Kids, Summer Jobs, and Taxes

A lot of young people find themselves going into business each summer. Jobs like babysitting, lawn mowing, and dog walking teach responsibility and the value of hard work. But they also might come with an unexpected tax bill, because – whether they realize it or not – many of these young entrepreneurs are self-employed, and their income may be taxable.

What you need to know

Things to keep in mind:

  • Everyone, including minors, must file a tax return if they had net earnings from self-employment of at least $400.
  • If they owe taxes, teens and young adults should file their own tax return, even if their parent or guardian claims them as a dependent.
  • Teens and young adults can prepare and sign their own tax return. There is no minimum age to sign a tax return.
  • Parents can’t claim a dependent’s earned income on their own tax return.
  • In addition to income tax, people who are self-employed are generally responsible for self-employment tax as well. It’s like the Social Security and Medicare taxes withheld from the pay of most wage earners.
  • Teens and young adults can lower the amount of tax they owe by deducting certain expenses.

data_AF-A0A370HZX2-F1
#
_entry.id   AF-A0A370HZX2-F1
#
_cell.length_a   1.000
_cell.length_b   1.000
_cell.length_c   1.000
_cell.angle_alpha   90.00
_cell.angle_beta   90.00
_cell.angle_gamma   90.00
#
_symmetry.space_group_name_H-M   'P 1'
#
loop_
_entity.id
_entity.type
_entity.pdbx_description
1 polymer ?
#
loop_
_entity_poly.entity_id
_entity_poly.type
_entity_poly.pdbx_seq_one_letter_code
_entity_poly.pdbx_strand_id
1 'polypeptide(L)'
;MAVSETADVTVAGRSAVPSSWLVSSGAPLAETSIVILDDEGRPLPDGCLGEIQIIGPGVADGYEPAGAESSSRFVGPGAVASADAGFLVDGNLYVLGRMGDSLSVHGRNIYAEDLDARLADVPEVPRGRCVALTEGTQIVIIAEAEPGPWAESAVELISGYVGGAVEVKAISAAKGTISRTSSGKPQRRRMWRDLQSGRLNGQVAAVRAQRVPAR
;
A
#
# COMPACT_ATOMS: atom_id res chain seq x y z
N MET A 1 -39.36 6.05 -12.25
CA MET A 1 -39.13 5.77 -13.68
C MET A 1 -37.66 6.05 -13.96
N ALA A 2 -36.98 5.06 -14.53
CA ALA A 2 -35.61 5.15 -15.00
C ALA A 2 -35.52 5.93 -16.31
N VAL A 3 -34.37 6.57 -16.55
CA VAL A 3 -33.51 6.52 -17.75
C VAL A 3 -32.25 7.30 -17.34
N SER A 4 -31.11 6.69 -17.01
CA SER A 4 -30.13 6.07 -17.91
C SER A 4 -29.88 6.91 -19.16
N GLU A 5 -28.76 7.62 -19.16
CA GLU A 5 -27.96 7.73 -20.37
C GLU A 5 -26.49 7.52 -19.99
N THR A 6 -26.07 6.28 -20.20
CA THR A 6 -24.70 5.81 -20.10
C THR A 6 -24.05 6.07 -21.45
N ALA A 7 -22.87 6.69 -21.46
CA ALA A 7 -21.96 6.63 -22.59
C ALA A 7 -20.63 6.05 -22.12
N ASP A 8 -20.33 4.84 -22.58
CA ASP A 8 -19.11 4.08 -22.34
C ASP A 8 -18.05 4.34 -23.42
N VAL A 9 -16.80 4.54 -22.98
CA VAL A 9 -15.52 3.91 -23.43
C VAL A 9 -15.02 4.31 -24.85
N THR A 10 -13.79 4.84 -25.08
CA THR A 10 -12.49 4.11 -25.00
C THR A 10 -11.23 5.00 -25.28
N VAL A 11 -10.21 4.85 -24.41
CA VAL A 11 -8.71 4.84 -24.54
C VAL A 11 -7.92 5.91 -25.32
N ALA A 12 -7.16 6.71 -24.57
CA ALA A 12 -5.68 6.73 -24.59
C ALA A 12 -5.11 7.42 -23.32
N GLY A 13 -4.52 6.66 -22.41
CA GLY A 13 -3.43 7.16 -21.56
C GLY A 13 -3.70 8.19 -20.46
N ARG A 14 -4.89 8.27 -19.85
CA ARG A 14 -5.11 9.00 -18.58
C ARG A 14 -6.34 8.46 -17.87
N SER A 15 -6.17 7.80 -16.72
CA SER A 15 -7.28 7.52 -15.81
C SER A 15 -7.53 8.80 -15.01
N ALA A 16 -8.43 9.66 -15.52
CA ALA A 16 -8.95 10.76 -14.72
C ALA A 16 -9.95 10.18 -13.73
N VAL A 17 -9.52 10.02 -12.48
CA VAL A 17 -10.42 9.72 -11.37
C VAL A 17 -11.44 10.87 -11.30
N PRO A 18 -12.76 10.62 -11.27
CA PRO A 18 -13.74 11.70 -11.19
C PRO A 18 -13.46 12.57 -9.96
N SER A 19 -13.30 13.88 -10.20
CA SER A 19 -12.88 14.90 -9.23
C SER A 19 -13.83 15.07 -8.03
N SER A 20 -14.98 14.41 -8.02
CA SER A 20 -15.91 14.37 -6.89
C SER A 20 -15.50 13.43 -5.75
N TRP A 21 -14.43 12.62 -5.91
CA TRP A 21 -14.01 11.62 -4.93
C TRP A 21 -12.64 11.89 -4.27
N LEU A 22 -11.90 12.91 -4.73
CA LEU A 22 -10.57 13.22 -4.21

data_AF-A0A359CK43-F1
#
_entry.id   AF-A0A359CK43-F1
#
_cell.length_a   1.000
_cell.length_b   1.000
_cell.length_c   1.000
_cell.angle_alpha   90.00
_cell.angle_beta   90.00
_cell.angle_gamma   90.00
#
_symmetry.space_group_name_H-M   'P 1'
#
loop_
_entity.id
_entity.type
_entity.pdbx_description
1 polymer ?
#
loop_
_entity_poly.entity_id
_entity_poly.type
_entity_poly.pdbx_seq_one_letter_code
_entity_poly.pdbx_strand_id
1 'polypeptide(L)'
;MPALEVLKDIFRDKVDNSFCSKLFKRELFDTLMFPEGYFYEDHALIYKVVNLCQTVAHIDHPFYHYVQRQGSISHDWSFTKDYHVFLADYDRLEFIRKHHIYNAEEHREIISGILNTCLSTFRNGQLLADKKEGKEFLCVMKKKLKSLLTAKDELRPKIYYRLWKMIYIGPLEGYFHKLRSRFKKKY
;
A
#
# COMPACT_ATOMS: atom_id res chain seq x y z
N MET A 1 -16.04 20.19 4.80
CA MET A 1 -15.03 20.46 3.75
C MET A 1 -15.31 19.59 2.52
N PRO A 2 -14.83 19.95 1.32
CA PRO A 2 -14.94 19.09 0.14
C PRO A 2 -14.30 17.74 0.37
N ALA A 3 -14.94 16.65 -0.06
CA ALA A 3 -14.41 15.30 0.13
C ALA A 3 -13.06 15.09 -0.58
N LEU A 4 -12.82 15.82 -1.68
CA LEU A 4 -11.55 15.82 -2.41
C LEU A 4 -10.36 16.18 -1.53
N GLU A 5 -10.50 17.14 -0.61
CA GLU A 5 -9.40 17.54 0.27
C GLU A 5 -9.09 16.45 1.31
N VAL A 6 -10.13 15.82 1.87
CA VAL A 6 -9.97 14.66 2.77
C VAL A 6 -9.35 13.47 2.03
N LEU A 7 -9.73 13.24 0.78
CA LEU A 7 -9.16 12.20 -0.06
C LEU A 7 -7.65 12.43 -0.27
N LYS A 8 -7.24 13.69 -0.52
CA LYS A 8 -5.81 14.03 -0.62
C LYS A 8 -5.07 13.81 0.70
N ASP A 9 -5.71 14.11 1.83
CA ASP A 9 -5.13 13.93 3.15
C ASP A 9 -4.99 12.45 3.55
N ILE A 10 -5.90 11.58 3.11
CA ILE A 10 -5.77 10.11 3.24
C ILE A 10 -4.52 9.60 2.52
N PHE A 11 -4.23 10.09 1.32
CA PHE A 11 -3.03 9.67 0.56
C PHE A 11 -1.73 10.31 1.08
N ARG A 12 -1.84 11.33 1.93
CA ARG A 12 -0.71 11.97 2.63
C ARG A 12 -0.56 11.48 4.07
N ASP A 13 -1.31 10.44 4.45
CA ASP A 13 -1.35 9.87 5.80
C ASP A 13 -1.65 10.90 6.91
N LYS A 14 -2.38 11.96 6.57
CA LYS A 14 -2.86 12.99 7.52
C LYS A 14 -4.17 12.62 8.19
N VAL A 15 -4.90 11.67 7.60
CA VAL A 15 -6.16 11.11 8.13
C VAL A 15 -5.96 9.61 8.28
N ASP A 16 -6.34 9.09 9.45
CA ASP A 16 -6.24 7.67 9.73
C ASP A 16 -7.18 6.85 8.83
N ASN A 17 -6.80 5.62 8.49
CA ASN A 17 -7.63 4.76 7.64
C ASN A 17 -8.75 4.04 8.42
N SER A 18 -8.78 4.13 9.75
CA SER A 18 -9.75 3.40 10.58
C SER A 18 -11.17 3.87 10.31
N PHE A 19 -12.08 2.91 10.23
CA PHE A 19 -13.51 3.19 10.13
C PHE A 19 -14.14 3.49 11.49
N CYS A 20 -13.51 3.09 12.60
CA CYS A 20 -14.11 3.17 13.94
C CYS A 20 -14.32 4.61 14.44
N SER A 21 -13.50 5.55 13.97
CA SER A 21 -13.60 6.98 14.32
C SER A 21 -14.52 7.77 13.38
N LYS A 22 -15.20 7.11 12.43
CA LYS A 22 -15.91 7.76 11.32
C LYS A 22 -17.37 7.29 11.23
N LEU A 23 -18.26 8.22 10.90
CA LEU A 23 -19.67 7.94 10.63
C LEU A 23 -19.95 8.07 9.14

What to do

Here’s what young entrepreneurs can do to keep on top of their tax responsibilities:

Keep records. It’s good to make and keep financial records and receipts during the year. Recordkeeping can help track income and deductible expenses and provide the information needed for a tax return.

Pay estimated tax, if required. If a teen being claimed as a dependent expects to owe at least $1,000 in tax for 2022, they must make estimated payments on a quarterly basis. They should be sure to pay enough tax on time to avoid a penalty.

File a tax return. When tax season rolls around, young taxpayers can review the information and forms, gather their records and e-file their tax return. When preparing to file a tax return, they should make sure to review all their records, including estimated tax they’ve already paid.

This article carries no official authority, and its contents should not be acted upon without professional advice. For more information about this topic, please contact our office.

Similar Articles

Tax Deductions for...School is back in session in most areas, and students and teachers are again returning to...
Is Your Worker a...As a business owner, you might pay an independent contractor and an employee for similar...
A Primer on Business...Business travel can be costly. Hotel bills, airfare or train tickets, cab fare, public...
Increased Mileage Rate...The Internal Revenue Service announced an increase in the optional standard mileage rate...
It’s Time to Review...It’s that time of year again. Summertime! The time of year when we all enjoy warm...